A Question of Time

Every time he leaves, I hear his death.

This morning while my consciousness nudged his
and they agreed just five more minutes
I imagined the phone call.
And I thought I'd better start now,
kissing him goodbye. 
The last one shared beneath wildfire skies
in this latest hottest summer.

This morning particulate levels 
went red again, which is 'stay inside.'
(Imagine this seriously.)
My city is taking trophies for pollution
and we pray for rain. I conjure his
breath. Another 
endangered species.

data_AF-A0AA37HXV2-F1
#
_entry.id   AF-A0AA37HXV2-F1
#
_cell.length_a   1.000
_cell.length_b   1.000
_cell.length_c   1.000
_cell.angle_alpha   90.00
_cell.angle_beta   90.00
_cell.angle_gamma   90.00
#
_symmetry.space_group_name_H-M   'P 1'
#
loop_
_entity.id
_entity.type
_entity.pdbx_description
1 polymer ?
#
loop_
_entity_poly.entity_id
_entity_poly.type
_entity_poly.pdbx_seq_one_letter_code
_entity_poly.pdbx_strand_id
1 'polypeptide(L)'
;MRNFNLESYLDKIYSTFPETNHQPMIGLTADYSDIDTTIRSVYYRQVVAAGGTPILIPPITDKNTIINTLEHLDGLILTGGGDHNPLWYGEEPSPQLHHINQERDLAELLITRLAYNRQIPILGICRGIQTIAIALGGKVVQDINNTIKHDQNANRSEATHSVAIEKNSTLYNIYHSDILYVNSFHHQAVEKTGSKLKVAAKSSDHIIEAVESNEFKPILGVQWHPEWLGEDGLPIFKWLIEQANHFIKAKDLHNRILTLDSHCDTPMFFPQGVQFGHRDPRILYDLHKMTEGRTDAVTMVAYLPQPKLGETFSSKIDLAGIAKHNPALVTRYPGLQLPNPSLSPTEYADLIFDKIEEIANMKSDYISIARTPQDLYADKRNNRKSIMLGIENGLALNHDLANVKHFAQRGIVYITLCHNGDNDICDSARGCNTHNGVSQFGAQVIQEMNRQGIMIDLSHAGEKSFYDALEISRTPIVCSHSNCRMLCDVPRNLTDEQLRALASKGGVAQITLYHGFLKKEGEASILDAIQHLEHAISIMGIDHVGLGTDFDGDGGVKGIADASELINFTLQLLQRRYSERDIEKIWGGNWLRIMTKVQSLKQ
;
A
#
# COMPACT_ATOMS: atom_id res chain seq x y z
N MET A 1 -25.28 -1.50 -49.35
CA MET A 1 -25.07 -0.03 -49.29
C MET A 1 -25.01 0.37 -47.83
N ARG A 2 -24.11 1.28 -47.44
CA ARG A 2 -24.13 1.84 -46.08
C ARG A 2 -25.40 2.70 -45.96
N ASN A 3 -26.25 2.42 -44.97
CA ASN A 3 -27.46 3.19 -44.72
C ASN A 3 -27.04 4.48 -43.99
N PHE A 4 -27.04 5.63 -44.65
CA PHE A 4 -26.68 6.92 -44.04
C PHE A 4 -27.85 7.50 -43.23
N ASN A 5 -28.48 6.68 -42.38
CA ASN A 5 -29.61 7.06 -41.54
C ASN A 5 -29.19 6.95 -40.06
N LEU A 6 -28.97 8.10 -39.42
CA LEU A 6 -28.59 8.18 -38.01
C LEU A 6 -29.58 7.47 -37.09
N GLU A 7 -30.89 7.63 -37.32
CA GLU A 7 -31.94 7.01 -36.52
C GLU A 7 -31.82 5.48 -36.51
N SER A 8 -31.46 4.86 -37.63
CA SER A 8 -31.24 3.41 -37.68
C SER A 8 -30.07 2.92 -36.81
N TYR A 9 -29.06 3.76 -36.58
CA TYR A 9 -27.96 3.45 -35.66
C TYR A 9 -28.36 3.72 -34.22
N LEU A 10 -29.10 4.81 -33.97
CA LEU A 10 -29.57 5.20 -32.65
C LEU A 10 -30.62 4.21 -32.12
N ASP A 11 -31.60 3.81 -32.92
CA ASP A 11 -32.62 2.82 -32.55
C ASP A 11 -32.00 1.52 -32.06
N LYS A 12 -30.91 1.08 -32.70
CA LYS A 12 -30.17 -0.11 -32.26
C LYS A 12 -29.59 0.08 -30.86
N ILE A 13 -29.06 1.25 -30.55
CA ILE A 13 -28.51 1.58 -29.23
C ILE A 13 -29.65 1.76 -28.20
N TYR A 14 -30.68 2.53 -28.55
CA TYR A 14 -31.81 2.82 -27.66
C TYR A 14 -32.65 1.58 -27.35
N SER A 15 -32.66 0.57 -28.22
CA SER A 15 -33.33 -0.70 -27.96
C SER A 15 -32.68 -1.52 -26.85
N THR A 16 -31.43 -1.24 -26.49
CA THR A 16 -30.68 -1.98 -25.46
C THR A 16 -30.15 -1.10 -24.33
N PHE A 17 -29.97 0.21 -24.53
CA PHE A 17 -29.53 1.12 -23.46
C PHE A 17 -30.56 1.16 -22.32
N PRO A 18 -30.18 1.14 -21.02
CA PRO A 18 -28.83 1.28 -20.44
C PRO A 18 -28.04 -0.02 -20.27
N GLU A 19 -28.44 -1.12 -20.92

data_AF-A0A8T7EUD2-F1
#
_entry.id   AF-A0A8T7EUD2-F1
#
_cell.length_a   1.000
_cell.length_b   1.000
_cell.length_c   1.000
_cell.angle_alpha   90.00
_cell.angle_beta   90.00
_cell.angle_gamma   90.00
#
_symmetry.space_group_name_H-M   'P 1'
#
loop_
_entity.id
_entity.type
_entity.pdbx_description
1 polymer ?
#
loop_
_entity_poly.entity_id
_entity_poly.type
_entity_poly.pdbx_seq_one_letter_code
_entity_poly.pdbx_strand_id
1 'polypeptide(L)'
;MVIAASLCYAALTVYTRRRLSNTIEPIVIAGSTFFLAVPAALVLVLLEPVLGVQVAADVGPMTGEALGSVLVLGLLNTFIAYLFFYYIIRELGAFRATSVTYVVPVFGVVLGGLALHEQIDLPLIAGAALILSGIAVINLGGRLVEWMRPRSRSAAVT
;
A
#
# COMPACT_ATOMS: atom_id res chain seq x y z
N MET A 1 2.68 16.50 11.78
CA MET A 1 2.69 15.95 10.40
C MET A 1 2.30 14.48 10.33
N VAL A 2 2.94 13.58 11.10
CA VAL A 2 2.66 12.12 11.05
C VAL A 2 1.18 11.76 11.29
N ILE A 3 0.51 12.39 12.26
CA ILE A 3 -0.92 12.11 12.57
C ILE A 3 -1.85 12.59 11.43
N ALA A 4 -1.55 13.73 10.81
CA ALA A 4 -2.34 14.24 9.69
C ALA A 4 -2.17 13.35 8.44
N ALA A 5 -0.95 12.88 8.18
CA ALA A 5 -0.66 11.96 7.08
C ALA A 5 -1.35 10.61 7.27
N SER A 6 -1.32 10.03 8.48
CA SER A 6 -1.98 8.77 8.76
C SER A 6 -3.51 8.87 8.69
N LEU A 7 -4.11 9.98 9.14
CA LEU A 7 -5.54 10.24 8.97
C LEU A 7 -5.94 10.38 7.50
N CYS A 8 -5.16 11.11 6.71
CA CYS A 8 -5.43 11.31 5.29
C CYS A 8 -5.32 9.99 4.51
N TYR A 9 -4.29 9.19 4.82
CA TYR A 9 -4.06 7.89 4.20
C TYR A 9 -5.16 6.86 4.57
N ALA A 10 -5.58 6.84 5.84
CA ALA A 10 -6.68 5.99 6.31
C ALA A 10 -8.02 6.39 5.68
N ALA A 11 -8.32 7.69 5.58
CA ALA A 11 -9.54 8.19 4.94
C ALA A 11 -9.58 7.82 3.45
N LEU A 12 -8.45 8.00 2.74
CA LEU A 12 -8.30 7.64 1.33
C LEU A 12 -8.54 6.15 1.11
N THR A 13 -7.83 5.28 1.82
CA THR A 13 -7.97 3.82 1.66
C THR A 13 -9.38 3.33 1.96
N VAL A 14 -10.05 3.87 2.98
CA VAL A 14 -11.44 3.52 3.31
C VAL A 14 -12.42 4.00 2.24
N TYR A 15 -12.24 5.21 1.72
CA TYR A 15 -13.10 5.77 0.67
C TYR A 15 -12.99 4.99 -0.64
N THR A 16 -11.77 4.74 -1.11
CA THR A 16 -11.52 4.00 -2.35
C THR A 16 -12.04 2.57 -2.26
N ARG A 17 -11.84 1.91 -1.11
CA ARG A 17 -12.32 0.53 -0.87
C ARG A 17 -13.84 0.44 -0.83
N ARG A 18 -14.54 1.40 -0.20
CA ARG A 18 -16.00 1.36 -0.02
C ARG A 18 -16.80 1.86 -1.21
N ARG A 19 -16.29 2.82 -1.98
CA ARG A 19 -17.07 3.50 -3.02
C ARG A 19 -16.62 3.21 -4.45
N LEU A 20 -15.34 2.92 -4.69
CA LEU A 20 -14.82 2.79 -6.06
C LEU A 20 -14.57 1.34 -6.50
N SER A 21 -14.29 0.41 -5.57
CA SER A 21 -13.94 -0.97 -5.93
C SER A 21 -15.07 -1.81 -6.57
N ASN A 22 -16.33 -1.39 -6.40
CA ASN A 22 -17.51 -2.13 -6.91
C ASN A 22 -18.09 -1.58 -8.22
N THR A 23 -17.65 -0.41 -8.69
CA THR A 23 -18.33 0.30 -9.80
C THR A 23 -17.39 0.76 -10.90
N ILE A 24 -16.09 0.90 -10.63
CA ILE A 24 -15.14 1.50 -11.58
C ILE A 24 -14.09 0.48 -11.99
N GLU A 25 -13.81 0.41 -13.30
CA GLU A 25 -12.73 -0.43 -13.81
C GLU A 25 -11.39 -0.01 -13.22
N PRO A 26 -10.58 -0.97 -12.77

At afternoon, the long-desired shift. 
The scent of rain arriving
is the rattle of my beloved's key
in the lock of the long-parched house.
But he's not returned.
Don't you imagine 
that I would rather be wrong?

Then he's there to kiss my forehead
and my breath restarts. Tomorrow 
is September, middle age, 8 billion humans. 
I am not burning, today. 
But always: the smoke.

Originally published in The Clackamas Literary Review, 2019

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